As in many parts of Sri Lanka, in fact in the subcontinent, traditional arts and craft are associated with geographical locations and social formations within them. Kooththu is no different. In Batticaloa among the villages celebrated for kooththu performances are Seelamunai and Kannankudah. And it is to Seelamunai that our focus now turns.

“In the past, there were people who came to Seelamunai saying they were doing research on kooththu, but they never consulted the annaviyar. And neither the village nor the community benefited from the research,” said Sivanayagam.

But with the objective of reformulation capturing the imagination of artistes and audiences, a series of discussions began in Seelamunai that not only involved those traditionally connected with koothtu such as performers and/or the annaviyar, but also the general public and the researchers. The idea was to find out what lay behind formulating an art form to be performed in a particular way.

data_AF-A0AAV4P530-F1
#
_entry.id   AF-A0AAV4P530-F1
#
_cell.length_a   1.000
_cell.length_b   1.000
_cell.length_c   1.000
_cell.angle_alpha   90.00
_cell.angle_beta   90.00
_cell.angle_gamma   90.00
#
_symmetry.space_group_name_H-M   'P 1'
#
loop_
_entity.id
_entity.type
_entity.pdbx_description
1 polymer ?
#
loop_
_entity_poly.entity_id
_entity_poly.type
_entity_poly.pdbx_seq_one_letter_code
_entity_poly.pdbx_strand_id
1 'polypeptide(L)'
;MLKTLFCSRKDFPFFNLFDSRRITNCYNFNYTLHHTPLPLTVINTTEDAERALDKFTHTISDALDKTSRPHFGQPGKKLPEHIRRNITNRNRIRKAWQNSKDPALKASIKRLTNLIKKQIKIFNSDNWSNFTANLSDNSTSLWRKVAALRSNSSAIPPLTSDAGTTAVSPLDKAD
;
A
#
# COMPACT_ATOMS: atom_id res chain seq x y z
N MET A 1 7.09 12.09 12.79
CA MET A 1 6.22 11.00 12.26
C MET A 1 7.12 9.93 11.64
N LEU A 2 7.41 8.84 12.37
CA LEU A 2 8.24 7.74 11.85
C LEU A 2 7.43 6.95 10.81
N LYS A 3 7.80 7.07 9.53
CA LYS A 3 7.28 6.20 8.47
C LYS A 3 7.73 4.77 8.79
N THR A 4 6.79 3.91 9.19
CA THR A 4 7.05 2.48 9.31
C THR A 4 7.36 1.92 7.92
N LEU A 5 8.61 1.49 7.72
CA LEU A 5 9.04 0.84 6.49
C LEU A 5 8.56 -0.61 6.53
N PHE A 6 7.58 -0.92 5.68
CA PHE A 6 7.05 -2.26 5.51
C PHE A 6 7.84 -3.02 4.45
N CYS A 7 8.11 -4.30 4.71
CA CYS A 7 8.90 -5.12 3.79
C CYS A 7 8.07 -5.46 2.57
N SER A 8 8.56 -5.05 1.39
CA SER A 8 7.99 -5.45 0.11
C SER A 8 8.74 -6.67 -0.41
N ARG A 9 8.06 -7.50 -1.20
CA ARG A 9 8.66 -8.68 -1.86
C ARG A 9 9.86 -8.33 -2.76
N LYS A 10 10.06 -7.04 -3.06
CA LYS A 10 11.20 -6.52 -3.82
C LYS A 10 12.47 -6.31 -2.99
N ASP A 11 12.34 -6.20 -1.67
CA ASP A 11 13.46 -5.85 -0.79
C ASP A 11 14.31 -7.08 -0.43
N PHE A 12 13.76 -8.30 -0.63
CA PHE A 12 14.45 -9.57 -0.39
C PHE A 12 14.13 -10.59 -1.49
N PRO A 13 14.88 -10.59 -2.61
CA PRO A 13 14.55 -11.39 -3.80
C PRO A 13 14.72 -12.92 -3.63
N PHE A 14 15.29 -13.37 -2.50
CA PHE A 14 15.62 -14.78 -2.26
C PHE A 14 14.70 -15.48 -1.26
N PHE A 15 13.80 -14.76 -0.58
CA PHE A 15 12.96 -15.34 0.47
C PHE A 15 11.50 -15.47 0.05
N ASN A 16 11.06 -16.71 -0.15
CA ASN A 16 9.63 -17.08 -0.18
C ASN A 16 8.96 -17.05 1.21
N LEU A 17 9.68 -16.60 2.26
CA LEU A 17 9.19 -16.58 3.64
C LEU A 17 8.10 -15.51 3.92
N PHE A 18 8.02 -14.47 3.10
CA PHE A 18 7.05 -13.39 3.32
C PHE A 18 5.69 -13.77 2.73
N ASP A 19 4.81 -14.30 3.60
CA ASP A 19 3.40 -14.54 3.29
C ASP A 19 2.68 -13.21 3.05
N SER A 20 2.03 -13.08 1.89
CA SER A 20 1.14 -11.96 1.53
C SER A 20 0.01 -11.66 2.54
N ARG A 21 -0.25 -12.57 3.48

Among the debates that figured during these discussions was a reappraisal of the Sanskrit epic Mahabaratha, which is the source of well-known kooththu performances such as Tharmapuththiran. Among the questions asked was on stereotyping the Pandavas as noble and the Kurus as evil, while others brought up the question of the moral depravity of Yudhistra for losing Drupathi for a wager.

These questions led the way to deepen the discussions. “Yudhistra gambling away Drupathi was a wonderful opportunity to begin a discussion on gender,” said Gowriswaran.

“It is only when you get involved in such projects you realise the depth of knowledge possessed by people who are not conventionally well-educated,” said Jeyasankar.The reformulation and its product – a script incorporating amendments the community wanted – brought into the process strong female participation in the performances. Traditionally, men played the role of women on the pretext that they (women) did not have energy to dance throughout the night. However, the actual reason was ritual un-cleanliness associated with menstruation since the kooththu was performed in the precincts of the temple. But this has begun to change and the reformulation movement used women and girls as much as possible to increase participation.